The concept of “cash flow” or “pooled” reserve funding differs from “straight line” reserve funding.  Under pooled reserves, it is still necessary for the reserve schedule which accompanies the annual budget to set forth required reserve items (roofs, painting, paving, and other items with the replacement cost/deferred maintenance expense of more than $10,000.00). Further, the “cash flow” reserve schedule must still disclose estimated remaining useful life and replacement costs for each reserve component. The main difference in the cash flow presentation of reserves is that instead of each reserve line item having its own fund balance, there is a “pool” of money in the reserve fund, which is available for costs affiliated with any item in the reserve pool. For example, the painting and roof reserve monies are “pooled” into one fund, so a vote of unit owners is not required for expenditures from the fund, as would be the case in a straight-line reserve scenario where monies from one reserve account would be used for another reserve purpose.  As with “straight line” reserve funding, with pooled reserves, a vote of the unit owners is should be required to use reserve funds for operating purposes, or for any expenditure involving items that are not part of the “pool”.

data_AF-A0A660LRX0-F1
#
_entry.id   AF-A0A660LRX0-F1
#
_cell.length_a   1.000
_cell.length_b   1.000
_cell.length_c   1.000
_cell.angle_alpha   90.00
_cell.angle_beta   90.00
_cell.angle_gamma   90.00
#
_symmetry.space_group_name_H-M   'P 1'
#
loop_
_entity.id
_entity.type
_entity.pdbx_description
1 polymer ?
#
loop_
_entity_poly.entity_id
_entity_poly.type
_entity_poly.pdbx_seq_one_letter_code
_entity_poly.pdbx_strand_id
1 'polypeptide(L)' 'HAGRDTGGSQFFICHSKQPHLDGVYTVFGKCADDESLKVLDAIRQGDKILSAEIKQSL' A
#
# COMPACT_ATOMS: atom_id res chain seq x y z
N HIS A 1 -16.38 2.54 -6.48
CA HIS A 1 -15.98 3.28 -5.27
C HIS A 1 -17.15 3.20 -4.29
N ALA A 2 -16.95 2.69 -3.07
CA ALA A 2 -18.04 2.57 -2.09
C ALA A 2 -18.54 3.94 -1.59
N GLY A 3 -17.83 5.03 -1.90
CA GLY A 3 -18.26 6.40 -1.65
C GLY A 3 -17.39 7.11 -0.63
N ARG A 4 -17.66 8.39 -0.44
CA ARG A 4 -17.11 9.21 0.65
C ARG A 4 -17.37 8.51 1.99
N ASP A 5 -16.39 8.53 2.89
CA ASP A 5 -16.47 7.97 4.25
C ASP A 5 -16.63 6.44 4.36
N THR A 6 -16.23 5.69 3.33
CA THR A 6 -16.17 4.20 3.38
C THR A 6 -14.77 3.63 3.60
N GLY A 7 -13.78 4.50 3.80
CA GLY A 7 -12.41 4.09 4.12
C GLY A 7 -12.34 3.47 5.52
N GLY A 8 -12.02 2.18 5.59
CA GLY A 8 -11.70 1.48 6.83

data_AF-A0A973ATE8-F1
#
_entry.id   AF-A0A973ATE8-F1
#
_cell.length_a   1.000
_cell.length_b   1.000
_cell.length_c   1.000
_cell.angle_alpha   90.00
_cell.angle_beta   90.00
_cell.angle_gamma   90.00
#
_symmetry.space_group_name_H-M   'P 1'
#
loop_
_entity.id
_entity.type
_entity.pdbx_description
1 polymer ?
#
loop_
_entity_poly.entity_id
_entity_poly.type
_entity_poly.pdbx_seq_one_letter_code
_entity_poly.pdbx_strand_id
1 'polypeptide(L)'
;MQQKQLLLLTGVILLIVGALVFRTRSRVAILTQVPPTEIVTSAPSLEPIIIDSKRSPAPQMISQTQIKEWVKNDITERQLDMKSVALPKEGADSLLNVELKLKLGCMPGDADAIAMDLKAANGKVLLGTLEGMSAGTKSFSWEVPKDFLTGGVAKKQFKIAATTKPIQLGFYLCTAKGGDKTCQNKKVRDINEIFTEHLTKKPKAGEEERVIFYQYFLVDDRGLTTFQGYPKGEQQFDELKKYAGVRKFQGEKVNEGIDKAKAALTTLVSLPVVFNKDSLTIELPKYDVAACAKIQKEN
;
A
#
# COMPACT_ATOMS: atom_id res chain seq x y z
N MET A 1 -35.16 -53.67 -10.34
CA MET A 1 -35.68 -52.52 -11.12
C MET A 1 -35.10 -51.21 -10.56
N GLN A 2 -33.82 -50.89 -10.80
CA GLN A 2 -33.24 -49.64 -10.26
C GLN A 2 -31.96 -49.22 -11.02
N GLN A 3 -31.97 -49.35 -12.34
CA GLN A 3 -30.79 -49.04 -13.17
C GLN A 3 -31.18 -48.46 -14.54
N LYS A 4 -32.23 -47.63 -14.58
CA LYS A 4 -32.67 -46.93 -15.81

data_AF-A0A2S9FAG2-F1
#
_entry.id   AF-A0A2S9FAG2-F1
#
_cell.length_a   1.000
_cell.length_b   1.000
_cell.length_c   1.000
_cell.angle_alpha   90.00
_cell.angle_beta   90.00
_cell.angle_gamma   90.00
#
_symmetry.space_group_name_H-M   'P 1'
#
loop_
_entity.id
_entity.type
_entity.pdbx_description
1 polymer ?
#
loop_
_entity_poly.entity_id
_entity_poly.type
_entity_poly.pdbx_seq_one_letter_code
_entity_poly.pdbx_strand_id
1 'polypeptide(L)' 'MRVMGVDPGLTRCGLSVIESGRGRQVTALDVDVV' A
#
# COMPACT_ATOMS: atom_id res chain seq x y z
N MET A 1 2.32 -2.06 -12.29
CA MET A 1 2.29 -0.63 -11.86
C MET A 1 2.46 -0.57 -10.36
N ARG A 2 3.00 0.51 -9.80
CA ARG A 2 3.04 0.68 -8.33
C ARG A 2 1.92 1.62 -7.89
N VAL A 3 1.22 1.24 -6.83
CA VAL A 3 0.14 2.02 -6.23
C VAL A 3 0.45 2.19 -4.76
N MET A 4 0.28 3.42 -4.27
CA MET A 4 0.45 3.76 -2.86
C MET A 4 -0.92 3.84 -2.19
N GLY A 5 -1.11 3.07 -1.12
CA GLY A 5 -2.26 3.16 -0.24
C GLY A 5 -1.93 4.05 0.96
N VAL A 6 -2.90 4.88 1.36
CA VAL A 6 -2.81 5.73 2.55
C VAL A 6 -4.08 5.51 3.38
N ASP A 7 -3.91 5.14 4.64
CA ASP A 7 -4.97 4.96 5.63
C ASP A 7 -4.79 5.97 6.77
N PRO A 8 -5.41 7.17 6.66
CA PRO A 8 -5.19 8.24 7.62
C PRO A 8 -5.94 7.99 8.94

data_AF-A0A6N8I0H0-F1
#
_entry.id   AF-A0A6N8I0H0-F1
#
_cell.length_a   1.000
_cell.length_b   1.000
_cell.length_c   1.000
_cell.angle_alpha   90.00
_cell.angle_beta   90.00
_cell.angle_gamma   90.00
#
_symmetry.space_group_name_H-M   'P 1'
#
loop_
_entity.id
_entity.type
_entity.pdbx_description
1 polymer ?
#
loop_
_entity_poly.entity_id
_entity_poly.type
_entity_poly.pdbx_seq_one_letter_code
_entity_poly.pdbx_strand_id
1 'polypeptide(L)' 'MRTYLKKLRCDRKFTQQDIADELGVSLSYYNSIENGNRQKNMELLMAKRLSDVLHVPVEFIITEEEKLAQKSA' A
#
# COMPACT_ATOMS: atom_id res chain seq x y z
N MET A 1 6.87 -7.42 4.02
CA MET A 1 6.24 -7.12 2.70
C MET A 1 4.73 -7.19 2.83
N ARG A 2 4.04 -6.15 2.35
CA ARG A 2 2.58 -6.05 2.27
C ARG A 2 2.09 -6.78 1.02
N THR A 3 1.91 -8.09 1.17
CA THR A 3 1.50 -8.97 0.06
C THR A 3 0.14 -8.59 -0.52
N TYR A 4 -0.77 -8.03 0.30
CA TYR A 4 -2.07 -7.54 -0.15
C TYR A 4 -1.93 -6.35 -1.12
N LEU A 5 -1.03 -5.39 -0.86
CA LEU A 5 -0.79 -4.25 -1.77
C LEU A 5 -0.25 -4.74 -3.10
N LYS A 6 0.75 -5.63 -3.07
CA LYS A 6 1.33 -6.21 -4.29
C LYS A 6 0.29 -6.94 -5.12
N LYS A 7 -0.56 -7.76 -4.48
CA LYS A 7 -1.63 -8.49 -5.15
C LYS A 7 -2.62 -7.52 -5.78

The pooling method of reserve funding attempts to predict when a particular item will require replacement or deferred maintenance, and reserves are scheduled and funded so as to insure that a necessary amount of funds are on hand when the work needs to be done. Theoretically, monthly or quarterly reserve contributions can be lowered, while still avoiding special assessments.

Of course, what works in theory does not always work when placed in human hands. In addition to needing a crystal ball to predict exactly when a reserve expenditure will need to be made, reserve contributions may be substantially higher in certain years, such as when the fund is depleted for the replacement of a required item, and there is a short useful life for the next asset that needs to be replaced.